The National Cervical Screening Program is changing. From 1 December 2017:
- the Pap smear will be replaced with the more accurate Cervical Screening Test known as molecular testing for oncogenic Human Papilloma Virus (HPV)
- the time between tests will change from two to five years
- the age at which screening starts will increase from 18 years to 25 years
- women aged 70 to 74 years will be invited to have an exit test.
Women of any age who have symptoms such as unusual bleeding, discharge and pain should see their Health Care Professional immediately.
HPV vaccinated women still require cervical screening as the HPV vaccine does not protect against all the types of HPV that cause cervical cancer.
A 2015-16 Australian Government Budget commitment provides funding to implement these recommended changes to the National Cervical Screening Program and establish a National Cancer Screening Register to support the new program.
The new program will commence from 1 December 2017 when the new Cervical Screening Test will become available on the Medicare Benefits Schedule.
The changes to cervical screening test is due to better understanding of how cervical cancer developed. It is now known the HPV is a necessary, but not sufficient, cause of this disease.
Although infection with HPV is extremely common, the development of cervical cancer is not. It is estimated that 80% of all people will be infected with HPV at some time, but the majority will clear the infection naturally. For those women with persistent HPV infection and unable to clear naturally, they are at most risk of developing cervical cancer. It is estimated around 10% of people infected will become persistent HPV carriers.
HPV testing is more sensitive compared to previous conventional pap smear. One negative HPV testing will give assurance that development of high grade cervical disease is unlikely.
Special circumstances of HPV test to qualify for Medicare benefit:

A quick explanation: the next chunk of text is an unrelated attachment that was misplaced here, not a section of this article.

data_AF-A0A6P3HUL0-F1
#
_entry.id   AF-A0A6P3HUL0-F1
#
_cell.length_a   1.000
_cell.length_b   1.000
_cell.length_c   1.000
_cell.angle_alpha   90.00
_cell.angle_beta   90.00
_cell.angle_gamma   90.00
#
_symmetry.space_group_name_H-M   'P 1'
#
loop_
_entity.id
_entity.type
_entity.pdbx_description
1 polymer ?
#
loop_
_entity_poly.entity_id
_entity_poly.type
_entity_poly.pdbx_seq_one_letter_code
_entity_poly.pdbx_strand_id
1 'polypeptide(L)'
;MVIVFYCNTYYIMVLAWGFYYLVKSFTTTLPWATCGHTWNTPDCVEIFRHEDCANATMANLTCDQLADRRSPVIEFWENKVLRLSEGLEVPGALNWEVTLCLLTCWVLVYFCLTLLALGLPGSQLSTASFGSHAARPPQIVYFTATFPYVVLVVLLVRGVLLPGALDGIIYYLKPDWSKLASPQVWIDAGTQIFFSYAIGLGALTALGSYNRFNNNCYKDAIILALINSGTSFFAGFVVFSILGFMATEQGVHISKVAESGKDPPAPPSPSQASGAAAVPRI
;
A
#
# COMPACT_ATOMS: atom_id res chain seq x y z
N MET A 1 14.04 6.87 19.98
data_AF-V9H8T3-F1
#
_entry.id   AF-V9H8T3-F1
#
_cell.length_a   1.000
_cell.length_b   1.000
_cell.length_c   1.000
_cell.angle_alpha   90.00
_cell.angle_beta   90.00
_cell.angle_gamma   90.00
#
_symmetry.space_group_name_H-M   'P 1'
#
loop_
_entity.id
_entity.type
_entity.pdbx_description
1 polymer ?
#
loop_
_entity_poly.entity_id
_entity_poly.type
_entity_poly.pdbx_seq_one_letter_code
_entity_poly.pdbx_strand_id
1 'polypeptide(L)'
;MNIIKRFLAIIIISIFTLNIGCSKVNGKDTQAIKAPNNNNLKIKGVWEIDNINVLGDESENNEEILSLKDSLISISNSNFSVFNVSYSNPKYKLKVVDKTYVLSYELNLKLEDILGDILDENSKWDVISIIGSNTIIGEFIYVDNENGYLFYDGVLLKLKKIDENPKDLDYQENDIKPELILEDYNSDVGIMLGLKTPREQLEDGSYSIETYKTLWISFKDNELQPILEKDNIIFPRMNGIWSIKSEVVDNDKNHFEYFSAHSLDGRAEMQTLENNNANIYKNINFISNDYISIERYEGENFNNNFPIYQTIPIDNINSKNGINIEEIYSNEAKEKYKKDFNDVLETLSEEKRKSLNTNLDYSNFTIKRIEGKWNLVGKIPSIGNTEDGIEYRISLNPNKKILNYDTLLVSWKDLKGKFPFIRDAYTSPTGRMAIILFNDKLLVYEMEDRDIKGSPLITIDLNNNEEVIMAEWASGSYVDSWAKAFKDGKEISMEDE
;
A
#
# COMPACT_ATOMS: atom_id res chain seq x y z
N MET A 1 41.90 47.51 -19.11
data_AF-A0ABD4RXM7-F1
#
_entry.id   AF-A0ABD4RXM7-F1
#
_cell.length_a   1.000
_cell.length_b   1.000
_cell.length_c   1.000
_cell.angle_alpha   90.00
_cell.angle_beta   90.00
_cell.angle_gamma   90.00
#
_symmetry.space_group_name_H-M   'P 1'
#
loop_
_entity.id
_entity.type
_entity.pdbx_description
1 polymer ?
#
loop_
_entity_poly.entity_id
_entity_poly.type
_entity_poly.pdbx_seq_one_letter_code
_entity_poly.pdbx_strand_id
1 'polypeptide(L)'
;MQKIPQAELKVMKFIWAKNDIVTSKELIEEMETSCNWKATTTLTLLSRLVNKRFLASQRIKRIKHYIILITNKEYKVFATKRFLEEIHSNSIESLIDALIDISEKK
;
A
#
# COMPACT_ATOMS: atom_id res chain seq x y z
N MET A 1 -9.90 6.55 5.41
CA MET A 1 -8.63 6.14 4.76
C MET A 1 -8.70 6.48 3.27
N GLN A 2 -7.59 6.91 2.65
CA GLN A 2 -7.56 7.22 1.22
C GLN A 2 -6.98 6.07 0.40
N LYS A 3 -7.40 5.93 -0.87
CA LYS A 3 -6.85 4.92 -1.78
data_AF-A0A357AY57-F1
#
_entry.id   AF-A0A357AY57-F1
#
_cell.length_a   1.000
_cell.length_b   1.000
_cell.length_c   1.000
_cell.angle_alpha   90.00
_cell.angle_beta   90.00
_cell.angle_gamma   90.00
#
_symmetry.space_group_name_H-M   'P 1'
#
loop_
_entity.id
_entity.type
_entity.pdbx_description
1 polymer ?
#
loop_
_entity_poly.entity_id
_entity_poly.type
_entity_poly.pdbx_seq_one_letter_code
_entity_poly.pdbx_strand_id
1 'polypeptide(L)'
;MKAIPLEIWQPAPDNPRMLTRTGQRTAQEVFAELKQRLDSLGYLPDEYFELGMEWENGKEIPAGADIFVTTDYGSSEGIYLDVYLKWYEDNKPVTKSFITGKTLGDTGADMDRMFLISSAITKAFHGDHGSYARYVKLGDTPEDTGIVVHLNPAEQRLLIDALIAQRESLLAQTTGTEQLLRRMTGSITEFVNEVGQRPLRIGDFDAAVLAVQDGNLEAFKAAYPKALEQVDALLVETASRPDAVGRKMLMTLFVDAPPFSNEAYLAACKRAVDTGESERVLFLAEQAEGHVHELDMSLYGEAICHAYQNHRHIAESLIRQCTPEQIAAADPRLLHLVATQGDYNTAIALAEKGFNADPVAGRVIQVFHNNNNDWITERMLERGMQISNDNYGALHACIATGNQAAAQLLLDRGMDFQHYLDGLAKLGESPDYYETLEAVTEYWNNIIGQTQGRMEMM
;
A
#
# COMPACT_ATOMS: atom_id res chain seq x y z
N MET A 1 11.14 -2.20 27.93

- A woman presenting with abnormal vaginal bleeding, intermenstrual, or post-coital, at any age and irrespective of screening interval, will need testing.
- She will be offered a co-test, that is an HPV test and a liquid based cytology performed at the same time, irrespective of the HPV result.
- If these are both negative, the patient then returns to normal screening. If either is positive, the woman will need gynaecological referral.
- These women are able to be screened more often. It is recommended they have HPV testing every three years.
Women under the age of 25
- Special provisions have also been made for screening women under the age of 25 who may have history of early onset of sexual activity or unwanted sexual activity before the age of 14 and not vaccinated prior to sexual debut (only one claimable between 20 to 24 years of age)
Women currently being followed for treated disease
- The test for cure for histologically proven high-grade disease will still apply.
- These women need to have two negative HPV and cytology tests one year apart before returning to the recommended screening interval.
- The test for cure will apply to glandular lesion as well, but it is recommended these women have testing annually for life.
Screening after total hysterectomy:
- If a woman has a normal prior screening history and has had a hysterectomy for benign gynaecological disease, and no cervical pathology is found on that specimen, the woman requires no further screening.
- If a woman has had a past history of high-grade squamous intraepithelial lesion and has completed the test of cure, and the hysterectomy is for benign disease and no cervical pathology is found on hysterectomy specimen, she does not need further HPV screening.
- If a woman has a history of adenocarcinoma in situ, even if it has been treated and the residual hysterectomy specimen showed no disease, she is still eligible for annual follow-up with co-testing.
- If the hysterectomy is being performed for known high-grade disease that has either not managed or not followed-up properly, the woman is to be offered the test of cure.